According to experts like Langbroek, this type of Russian satellite has already been used to stalk satellites in orbit.
“Presumably, it has some kind of sensor system that’s optimized to observe other satellites, rather than the sort of usual observing satellite that’s optimized to take pictures of the ground,” Jonathan McDowell, an astronomer at the Harvard-Smithsonian Center for Astrophysics, also told Gizmodo. “We don’t know that for sure, we’re just inferring that from how it’s behaving.”
Tuesday, August 9, 2022
Huge explosions at the Saki Air Base (Novofedorivka) in Russian-occupied Crimea after possible Ukrainian strikes this afternoon.
Separately, Sergey Aksenov, the head of the so-called Republic of Crimea, said "I went to the scene in the village of Novofedorivka, Saki district. The circumstances are being clarified."
Tuesday, August 2, 2022
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US officials on Monday said that US forces in a drone strike in Kabul, Afghanistan. In a televised address, President Joe Biden announced his death and said no civilian casualties were reported in the operation that was conducted over the weekend.
According to the official's account, Biden gave his green light for the strike on July 25 - as he was recovering in isolation from Covid-19.
However, pictures from the Kabul home where Zawahiri was living showed no signs of an explosion, pointing to the use again by the US of the macabre Hellfire R9X.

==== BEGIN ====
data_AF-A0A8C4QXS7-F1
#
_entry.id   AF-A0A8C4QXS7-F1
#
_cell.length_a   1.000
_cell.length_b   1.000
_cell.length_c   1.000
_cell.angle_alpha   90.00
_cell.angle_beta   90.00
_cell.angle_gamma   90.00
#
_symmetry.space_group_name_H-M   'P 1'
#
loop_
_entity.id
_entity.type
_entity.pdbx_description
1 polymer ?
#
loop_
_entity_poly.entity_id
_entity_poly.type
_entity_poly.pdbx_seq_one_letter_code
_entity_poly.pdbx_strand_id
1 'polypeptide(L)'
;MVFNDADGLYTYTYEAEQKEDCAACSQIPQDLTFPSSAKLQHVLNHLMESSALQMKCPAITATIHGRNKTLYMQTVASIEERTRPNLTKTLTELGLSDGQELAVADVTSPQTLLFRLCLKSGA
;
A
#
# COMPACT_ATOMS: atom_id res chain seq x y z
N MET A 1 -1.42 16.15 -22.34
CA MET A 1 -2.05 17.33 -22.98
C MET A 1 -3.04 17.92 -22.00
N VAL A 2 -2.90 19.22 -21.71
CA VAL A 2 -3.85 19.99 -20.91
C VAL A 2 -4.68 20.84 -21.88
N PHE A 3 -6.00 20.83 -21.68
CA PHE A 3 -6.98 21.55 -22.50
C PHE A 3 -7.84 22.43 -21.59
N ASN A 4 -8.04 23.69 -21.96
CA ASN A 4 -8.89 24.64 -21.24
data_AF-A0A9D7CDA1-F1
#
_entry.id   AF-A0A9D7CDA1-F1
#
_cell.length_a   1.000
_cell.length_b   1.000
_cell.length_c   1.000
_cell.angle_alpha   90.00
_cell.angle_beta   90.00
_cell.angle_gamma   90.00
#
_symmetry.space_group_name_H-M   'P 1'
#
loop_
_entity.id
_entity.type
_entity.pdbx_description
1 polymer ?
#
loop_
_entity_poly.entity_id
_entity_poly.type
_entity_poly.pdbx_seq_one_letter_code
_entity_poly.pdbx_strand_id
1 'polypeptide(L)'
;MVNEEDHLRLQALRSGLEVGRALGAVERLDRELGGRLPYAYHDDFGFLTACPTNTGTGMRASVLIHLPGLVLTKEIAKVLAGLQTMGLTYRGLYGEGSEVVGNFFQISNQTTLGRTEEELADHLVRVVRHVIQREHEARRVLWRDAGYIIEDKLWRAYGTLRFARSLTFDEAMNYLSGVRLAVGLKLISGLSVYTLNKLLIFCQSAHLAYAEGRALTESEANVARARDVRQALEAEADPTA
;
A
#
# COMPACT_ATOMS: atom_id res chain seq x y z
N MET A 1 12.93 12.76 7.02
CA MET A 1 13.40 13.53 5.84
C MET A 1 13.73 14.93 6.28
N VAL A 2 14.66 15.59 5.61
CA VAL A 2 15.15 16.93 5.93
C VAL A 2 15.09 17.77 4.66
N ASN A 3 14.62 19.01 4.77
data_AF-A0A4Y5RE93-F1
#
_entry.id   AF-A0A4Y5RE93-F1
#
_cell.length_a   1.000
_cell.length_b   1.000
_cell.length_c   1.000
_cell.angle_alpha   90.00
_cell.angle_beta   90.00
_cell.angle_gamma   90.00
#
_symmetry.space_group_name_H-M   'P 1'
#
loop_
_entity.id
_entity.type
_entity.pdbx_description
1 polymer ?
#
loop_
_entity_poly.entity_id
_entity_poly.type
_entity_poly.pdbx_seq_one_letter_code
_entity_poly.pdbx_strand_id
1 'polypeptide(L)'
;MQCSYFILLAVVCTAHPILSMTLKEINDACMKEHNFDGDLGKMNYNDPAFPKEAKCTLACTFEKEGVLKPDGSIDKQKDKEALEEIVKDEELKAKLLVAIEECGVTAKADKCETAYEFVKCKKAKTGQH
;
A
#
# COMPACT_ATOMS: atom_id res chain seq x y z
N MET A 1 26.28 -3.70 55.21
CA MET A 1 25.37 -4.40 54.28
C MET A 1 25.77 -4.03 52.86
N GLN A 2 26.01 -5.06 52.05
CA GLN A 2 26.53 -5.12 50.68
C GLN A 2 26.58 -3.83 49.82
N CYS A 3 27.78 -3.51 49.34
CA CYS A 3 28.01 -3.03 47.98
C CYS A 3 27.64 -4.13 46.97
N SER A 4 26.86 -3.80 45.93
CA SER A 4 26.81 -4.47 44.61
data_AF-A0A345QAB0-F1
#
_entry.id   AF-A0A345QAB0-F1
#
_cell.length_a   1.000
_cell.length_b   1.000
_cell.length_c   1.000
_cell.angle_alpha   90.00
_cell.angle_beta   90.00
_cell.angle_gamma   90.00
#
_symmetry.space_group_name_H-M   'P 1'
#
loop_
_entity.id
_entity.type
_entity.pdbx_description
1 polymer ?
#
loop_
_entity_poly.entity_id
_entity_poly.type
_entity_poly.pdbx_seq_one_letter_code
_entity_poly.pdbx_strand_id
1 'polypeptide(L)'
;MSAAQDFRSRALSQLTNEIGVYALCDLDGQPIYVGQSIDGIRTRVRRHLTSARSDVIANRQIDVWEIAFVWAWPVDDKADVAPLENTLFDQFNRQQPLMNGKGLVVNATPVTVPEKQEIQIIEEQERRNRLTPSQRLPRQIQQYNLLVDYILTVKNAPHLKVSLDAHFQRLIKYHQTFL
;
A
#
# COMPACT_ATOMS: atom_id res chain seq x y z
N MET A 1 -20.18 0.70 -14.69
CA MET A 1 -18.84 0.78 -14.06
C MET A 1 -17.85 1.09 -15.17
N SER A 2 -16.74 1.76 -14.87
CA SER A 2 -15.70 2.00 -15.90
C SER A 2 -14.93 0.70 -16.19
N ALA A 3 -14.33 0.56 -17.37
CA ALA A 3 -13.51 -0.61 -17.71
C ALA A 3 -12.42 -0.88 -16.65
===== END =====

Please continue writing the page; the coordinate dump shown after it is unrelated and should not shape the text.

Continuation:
But, What is Hellfire 9X?
Hellfire 9X is also called the "ninja bomb". It is reportedly said that the missile has become the US weapon of choice for killing leaders of extremist groups while avoiding civilian casualties.
The missile is fired from a Predator drone. It has no warhead, but deploys six blades which fly in at high speed, crush and slice the targeted person.
This is the reason why it is called the "flying ginsu", after the 1980 TV commercial for Japanese kitchen knives that would cut cleanly through aluminum cans and remain perfectly sharp.
Some pictures posted online show the impact of these missiles. One of these old photos on Twitter claims to show a car destroyed by Hellfire R9X in Idlib, Syria.
Why are these missiles used in special cases?
In a report, the Wall Street Journal said that the missiles were born after former US President Barack Obama emphasized on avoiding civilian deaths in US airstrikes in Afghanistan, Pakistan, Iraq, Syria, Somalia, Yemen and other countries.
The R9X variant of Hellfire is used only in specific circumstances, particularly when a terrorist leader has been pinpointed. It is intended to limit damage compared to typical missiles by reducing the risk of killing innocent civilians around the target.